[Enclosure 2]

Form Suggested for the Certificate to be Signed by the Company Commander of the Soldier Contemplating Marriage

[blocks in formation]

do hereby certify that I am one of the superior officers of


and that I believe the statements in his foregoing affidavit to be true.


(Rank and organization)

[Enclosure 3]

Form Suggested for Record of Marriages; to be Filed with The

Adjutant General

[blocks in formation]

The French Ambassador (Jusserand) to the Secretary of State


WASHINGTON, July 28, 1918.
[Received July 31.]

MR. SECRETARY OF STATE: I have had the honor, by letter of May 26,1 of calling the attention of Your Excellency to the importance that the French judicial authorities attach to having a penal sanction enacted against any soldier of the American Army having signed, for the purpose of contracting marriage with a French woman, an affidavit not conforming to the truth.

[blocks in formation]

It appears from information furnished unofficially to this Embassy that the Federal law not providing for an oath in the matter of marriages, no punishment could be inflicted upon the soldier guilty of perjury, if the military authority does not order some special rules to that effect.

Besides, having returned to his home, the soldier, because of this, would escape in the present state of legislation, the Federal jurisdiction, and would only be amenable to the jurisdiction of the State where he resides, in the eyes of which the recording of the marriage on the military registers would not constitute necessarily an indisputable proof of the union contracted in France; the prosecution even on the charge of bigamy would be, by that, made difficult. Under these conditions the soldier being guilty of a false oath and having thereby contracted a marriage which might not be recognized as valid would have a chance to escape all punishment, which would only be an encouragement to do wrong.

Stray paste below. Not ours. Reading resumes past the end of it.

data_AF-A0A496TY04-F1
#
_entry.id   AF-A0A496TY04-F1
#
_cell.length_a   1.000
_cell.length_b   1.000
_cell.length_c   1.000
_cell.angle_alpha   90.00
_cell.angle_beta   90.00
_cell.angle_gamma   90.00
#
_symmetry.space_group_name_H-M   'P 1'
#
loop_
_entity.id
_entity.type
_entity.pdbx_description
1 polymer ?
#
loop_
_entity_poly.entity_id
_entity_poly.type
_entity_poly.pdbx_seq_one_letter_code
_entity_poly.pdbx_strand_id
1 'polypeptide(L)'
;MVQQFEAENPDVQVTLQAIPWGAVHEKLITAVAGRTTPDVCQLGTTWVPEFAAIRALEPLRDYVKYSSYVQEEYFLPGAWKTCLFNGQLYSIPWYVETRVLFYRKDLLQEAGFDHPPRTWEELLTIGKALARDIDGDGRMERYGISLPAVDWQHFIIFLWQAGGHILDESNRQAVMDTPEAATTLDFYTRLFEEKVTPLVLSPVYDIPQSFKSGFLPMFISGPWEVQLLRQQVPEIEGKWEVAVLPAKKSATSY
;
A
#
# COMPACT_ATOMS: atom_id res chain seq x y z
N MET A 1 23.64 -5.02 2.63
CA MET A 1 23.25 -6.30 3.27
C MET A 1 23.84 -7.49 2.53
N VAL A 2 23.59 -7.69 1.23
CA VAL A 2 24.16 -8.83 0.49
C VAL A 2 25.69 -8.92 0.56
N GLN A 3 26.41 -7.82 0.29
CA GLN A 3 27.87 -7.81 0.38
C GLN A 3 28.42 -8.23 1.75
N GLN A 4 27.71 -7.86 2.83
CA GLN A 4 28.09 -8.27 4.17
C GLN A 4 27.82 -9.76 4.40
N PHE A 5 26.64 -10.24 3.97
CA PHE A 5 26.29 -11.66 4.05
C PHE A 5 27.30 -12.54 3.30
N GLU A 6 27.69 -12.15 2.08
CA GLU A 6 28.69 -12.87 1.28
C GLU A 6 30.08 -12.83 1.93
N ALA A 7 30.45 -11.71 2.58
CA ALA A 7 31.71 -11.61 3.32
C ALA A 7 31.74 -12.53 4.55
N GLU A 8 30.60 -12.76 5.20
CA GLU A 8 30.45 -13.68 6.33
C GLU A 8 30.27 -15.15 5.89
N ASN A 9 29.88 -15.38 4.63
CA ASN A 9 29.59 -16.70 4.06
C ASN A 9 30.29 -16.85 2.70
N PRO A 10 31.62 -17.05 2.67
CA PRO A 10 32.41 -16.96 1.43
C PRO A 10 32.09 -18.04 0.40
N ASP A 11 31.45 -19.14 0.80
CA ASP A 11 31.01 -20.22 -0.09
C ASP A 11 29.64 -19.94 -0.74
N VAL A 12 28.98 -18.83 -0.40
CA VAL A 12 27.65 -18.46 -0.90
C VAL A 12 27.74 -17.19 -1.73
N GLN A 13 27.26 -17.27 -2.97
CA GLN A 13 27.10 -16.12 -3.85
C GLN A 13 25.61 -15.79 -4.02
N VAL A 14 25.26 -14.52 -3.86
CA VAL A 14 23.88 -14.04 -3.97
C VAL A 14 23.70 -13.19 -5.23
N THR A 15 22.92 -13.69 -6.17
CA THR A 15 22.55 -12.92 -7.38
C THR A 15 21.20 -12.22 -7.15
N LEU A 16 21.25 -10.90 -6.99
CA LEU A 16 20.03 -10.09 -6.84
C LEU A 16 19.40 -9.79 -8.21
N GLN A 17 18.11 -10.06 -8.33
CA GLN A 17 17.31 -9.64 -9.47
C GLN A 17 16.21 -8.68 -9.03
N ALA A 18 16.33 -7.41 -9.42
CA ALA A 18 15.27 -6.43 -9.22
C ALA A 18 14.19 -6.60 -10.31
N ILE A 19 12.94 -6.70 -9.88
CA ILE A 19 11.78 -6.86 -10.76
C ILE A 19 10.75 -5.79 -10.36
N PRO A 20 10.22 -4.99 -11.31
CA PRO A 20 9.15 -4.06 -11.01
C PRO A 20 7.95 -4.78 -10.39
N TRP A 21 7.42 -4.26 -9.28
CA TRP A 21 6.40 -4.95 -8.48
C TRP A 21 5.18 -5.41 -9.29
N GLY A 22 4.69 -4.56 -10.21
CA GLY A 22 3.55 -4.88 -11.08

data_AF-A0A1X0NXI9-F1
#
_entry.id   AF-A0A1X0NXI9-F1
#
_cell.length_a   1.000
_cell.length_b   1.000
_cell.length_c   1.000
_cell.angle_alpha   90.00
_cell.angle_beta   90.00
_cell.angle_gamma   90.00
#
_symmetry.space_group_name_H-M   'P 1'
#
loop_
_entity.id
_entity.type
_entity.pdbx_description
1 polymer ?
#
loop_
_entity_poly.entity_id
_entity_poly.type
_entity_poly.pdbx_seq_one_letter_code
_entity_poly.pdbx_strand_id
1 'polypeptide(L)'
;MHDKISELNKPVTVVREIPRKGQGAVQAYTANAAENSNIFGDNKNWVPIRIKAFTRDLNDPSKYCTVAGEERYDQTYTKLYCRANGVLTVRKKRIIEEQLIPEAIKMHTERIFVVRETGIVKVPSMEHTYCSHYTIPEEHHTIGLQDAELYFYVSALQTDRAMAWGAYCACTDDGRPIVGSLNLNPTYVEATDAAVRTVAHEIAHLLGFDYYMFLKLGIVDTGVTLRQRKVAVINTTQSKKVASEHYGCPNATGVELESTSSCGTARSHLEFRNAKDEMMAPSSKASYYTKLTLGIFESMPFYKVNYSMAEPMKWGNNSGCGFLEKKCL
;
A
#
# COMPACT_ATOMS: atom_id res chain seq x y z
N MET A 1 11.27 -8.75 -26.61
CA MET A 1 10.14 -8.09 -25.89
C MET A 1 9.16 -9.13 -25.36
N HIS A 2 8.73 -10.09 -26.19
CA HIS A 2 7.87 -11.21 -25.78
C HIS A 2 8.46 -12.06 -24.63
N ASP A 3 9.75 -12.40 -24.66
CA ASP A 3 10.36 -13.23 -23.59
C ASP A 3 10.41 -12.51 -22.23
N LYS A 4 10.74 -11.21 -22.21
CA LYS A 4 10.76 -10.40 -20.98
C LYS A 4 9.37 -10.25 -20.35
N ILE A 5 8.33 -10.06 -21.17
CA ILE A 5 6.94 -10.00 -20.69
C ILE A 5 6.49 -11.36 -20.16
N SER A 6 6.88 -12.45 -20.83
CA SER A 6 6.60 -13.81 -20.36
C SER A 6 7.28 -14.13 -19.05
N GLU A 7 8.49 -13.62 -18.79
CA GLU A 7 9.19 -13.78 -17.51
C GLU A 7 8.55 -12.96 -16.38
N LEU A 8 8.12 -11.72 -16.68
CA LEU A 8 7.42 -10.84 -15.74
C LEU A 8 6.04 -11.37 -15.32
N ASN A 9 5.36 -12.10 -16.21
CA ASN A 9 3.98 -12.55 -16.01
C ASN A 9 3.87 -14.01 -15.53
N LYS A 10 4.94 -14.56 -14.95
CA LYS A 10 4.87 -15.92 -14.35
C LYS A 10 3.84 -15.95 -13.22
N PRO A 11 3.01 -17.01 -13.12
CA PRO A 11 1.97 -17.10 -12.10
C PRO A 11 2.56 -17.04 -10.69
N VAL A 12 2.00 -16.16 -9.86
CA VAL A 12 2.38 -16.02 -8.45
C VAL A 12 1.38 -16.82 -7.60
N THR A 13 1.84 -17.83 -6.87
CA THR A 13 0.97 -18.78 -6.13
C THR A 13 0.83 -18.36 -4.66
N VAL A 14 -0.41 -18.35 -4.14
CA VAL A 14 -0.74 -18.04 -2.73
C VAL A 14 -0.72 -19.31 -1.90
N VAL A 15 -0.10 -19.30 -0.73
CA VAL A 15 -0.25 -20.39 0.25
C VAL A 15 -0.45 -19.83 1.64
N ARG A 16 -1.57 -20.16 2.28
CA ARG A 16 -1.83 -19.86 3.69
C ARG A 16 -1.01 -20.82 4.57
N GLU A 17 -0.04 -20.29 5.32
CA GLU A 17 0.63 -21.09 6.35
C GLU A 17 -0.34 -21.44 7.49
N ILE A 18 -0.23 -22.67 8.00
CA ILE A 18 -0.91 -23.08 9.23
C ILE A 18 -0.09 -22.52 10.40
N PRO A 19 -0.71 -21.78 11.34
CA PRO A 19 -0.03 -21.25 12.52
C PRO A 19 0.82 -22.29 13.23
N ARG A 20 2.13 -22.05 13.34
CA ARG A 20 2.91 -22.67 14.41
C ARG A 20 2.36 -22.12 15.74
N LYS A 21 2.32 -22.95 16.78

From that which has been indicated to me the only efficacious means to remedy this state of things would be the adoption by the Federal Congress of a new legislative provision enacting a penal sanction against the soldier having produced a false affidavit.

Under these conditions, and by order of my Government, I have the honor to have recourse to Your Excellency's courtesy in order that taking into account these considerations you will kindly, on the one hand, move the military authorities to adopt special rules providing some disciplinary penalties against any soldier making a false oath in his affidavit, and on the other hand, introduce in the Federal Congress a bill permitting the prosecution, on his return to the United States, of any ex-soldier guilty of perjury in connection with his marriage.

Please accept [etc.]

File No. 851.4054/22


The Secretary of State to the French Ambassador (Jusserand)

No. 2233

WASHINGTON, September 14, 1918. EXCELLENCY: Referring to your note of July 28 and to previous correspondence regarding the marriage of members of the American military forces in France to French women, in which you state that it is somewhat doubtful that an American soldier who complies with the formalities of French marriage laws and pretends to marry a French woman, although he is already married, could be punished under any existing State or Federal penal statutes of this country or could be punished for swearing falsely in the affidavits which the War Department has suggested can be required of American soldiers